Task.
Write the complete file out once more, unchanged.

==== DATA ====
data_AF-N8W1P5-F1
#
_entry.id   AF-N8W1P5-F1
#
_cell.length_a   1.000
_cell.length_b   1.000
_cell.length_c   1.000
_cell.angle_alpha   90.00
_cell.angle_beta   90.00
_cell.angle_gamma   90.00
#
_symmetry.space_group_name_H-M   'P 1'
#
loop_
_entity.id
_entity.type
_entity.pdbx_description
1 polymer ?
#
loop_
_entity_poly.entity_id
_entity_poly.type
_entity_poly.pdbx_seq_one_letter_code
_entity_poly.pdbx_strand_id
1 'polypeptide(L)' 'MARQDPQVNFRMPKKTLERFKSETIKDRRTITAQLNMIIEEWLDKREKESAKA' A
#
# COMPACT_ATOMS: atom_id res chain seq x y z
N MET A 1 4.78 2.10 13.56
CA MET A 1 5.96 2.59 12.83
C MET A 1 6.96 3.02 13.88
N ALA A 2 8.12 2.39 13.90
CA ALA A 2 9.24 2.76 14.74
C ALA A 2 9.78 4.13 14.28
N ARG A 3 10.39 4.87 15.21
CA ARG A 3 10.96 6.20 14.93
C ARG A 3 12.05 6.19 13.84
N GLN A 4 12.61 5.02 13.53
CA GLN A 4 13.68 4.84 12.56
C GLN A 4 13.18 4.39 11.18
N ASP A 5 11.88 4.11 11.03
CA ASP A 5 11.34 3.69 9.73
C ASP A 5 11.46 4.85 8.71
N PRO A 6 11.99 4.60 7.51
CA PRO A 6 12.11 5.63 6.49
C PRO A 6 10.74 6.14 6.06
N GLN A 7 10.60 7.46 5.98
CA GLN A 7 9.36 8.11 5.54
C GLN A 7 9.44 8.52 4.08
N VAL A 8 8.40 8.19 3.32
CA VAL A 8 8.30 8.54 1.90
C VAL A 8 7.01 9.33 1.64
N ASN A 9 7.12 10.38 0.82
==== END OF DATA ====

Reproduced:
data_AF-N8W1P5-F1
#
_entry.id   AF-N8W1P5-F1
#
_cell.length_a   1.000
_cell.length_b   1.000
_cell.length_c   1.000
_cell.angle_alpha   90.00
_cell.angle_beta   90.00
_cell.angle_gamma   90.00
#
_symmetry.space_group_name_H-M   'P 1'
#
loop_
_entity.id
_entity.type
_entity.pdbx_description
1 polymer ?
#
loop_
_entity_poly.entity_id
_entity_poly.type
_entity_poly.pdbx_seq_one_letter_code
_entity_poly.pdbx_strand_id
1 'polypeptide(L)' 'MARQDPQVNFRMPKKTLERFKSETIKDRRTITAQLNMIIEEWLDKREKESAKA' A
#
# COMPACT_ATOMS: atom_id res chain seq x y z
N MET A 1 4.78 2.10 13.56
CA MET A 1 5.96 2.59 12.83
C MET A 1 6.96 3.02 13.88
N ALA A 2 8.12 2.39 13.90
CA ALA A 2 9.24 2.76 14.74
C ALA A 2 9.78 4.13 14.28
N ARG A 3 10.39 4.87 15.21
CA ARG A 3 10.96 6.20 14.93
C ARG A 3 12.05 6.19 13.84
N GLN A 4 12.61 5.02 13.53
CA GLN A 4 13.68 4.84 12.56
C GLN A 4 13.18 4.39 11.18
N ASP A 5 11.88 4.11 11.03
CA ASP A 5 11.34 3.69 9.73
C ASP A 5 11.46 4.85 8.71
N PRO A 6 11.99 4.60 7.51
CA PRO A 6 12.11 5.63 6.49
C PRO A 6 10.74 6.14 6.06
N GLN A 7 10.60 7.46 5.98
CA GLN A 7 9.36 8.11 5.54
C GLN A 7 9.44 8.52 4.08
N VAL A 8 8.40 8.19 3.32
CA VAL A 8 8.30 8.54 1.90
C VAL A 8 7.01 9.33 1.64
N ASN A 9 7.12 10.38 0.82